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that Law, only the Heirs Male of our Kings are capable of governing the Kingdom, and no Females can be admitted to that Dignity. The Words of that Law are these : Nulla here
ditatis portio de terrâ Salicâ ad mulicrem venito; “ Let “no part of the Inheritance of Salick Land
come to a Woman. Now (fays Gaguinus), the
French Lawyers call Salick Land, such as be“ longs only to the King, and is different
from the Alodial which concerns the Sub
jects ; to whom, by that Law, is granted a "free dominion of any thing, not excluding " the Princely Authority. And to the fame purpose, not only almost all the Francogallican Historians, but even all the Lawyers and Pettifoggers have wrote to this day, as Paponius testifies, Arrest. lib. 4. cap. I. So that now the mistake has prevailed so far, as to have obtain'd the force of a Law. To explain this, it must be remembred (which we förinerly gave an account of) that the Franks had two seats of their Empire, and two Kingdoms; One in France, which remains to this day; The other beyond the Rhine, near the River Sala ; from whence they were called Salii, and Salici Franci (joyning the two Names together) but for the most part briefly Salici ; the Kingdom of thefe last, and even their very Name is in a manner extinct. Ammianus Marcellinus makes mention in his Histórý (as we told you before) of these Salii, and shews, that they are called the Eastern Franks, as the other were called the Western. Now as there were two Kingdoms of the Franks, so they had different Laws : those that belonged to the Salii, were called Salick; those that belonged to the Francogalli, were called French. Eguinarthus in his Life of Charles the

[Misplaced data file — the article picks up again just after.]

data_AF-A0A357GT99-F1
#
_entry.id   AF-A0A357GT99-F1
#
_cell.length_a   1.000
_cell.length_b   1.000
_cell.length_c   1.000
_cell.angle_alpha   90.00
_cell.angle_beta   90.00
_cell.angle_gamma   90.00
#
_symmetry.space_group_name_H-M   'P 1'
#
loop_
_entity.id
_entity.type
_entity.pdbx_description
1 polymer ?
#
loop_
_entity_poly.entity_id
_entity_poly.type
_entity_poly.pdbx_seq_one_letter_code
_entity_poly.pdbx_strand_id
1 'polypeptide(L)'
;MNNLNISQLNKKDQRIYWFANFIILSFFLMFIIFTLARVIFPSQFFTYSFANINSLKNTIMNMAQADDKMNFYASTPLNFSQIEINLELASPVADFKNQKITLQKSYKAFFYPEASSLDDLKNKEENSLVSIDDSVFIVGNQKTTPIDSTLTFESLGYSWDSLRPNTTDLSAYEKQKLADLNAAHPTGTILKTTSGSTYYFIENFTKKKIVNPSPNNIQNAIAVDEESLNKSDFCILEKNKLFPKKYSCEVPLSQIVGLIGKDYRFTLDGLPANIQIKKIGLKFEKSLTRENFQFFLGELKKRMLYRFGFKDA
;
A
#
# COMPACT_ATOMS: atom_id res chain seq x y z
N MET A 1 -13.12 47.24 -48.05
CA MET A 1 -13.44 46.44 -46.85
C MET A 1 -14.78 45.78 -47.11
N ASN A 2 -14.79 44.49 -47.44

Great Great says thus : "*. After he had assumed
the Imperial Title, finding that his Peoples Laws were in many things deficient, (for the Franks have two Laws, very different from each